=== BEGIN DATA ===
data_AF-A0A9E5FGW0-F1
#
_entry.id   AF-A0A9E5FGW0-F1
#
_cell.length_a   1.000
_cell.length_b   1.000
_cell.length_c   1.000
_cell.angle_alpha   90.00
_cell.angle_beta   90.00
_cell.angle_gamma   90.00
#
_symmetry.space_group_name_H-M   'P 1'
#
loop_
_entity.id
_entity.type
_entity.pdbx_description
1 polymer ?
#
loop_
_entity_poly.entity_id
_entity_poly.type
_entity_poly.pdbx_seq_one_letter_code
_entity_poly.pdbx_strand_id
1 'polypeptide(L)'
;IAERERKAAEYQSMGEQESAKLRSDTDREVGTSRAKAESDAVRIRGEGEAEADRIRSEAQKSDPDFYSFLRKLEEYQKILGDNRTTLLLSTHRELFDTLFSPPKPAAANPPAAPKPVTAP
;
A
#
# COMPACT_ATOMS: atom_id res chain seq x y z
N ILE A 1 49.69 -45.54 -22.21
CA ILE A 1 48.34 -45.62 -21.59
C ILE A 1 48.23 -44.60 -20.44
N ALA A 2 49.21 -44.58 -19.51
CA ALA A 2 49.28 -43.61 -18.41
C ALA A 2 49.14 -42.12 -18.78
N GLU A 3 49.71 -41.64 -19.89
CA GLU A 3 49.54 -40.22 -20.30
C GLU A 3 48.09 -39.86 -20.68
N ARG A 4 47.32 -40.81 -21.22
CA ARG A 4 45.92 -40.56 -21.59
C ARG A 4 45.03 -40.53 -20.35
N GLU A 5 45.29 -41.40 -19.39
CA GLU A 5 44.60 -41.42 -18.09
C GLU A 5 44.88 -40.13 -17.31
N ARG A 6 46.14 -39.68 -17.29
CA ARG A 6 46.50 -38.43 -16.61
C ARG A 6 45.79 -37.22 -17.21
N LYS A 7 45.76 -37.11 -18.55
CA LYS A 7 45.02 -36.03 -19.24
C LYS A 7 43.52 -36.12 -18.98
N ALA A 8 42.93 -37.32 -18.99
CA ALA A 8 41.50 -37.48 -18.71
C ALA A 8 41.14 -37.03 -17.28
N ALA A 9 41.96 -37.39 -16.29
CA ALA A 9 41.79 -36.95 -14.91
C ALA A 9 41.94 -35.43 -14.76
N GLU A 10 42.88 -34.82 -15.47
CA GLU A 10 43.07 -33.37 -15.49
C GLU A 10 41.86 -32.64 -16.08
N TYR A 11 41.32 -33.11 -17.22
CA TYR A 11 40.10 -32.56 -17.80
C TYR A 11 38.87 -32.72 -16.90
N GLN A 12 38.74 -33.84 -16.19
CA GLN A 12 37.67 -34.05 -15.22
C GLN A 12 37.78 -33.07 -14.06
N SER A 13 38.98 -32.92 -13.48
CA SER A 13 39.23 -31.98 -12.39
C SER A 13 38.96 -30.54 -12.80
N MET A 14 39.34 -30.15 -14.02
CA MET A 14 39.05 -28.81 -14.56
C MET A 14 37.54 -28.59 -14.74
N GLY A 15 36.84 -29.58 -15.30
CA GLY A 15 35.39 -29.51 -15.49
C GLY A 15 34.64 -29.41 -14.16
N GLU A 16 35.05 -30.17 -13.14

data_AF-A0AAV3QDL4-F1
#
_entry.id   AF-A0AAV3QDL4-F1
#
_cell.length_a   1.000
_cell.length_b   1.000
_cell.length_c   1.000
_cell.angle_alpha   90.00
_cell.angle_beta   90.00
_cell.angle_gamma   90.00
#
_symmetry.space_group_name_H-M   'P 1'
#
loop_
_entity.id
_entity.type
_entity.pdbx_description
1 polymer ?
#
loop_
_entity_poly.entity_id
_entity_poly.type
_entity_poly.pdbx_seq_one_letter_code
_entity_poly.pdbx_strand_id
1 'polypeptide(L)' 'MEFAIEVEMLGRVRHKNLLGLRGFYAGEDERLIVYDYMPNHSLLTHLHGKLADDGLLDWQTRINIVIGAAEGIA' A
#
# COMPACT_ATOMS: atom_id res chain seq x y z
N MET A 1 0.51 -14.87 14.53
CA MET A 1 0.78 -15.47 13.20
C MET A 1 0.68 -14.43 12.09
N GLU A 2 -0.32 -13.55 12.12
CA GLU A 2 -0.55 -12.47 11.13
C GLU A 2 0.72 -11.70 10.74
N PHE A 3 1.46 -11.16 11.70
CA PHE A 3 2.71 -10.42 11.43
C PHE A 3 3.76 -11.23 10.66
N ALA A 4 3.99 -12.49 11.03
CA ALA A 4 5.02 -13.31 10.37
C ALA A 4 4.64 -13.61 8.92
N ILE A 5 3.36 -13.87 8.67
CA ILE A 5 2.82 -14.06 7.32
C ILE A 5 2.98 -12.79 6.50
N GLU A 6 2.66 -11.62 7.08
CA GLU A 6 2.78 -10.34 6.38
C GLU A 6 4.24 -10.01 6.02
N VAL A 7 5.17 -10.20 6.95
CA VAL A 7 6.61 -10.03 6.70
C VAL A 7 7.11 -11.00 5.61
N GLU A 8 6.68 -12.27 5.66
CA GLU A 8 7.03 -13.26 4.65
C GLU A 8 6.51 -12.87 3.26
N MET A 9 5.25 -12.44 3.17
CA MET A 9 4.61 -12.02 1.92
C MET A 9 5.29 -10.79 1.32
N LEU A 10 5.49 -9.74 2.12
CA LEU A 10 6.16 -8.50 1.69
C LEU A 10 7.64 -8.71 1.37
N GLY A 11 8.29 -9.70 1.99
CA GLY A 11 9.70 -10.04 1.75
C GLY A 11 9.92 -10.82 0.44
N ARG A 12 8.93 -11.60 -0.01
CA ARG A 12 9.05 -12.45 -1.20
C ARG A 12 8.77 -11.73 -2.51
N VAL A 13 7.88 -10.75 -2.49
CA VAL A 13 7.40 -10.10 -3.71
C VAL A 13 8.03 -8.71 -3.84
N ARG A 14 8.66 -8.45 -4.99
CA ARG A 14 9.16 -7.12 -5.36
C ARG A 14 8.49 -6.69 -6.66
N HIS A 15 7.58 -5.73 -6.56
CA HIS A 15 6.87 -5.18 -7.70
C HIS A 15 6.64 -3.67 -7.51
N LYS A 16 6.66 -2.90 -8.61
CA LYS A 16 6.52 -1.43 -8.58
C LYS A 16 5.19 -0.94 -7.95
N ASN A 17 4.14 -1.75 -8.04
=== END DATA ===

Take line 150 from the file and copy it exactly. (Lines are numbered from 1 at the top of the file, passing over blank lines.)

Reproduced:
CA LYS A 16 6.52 -1.43 -8.58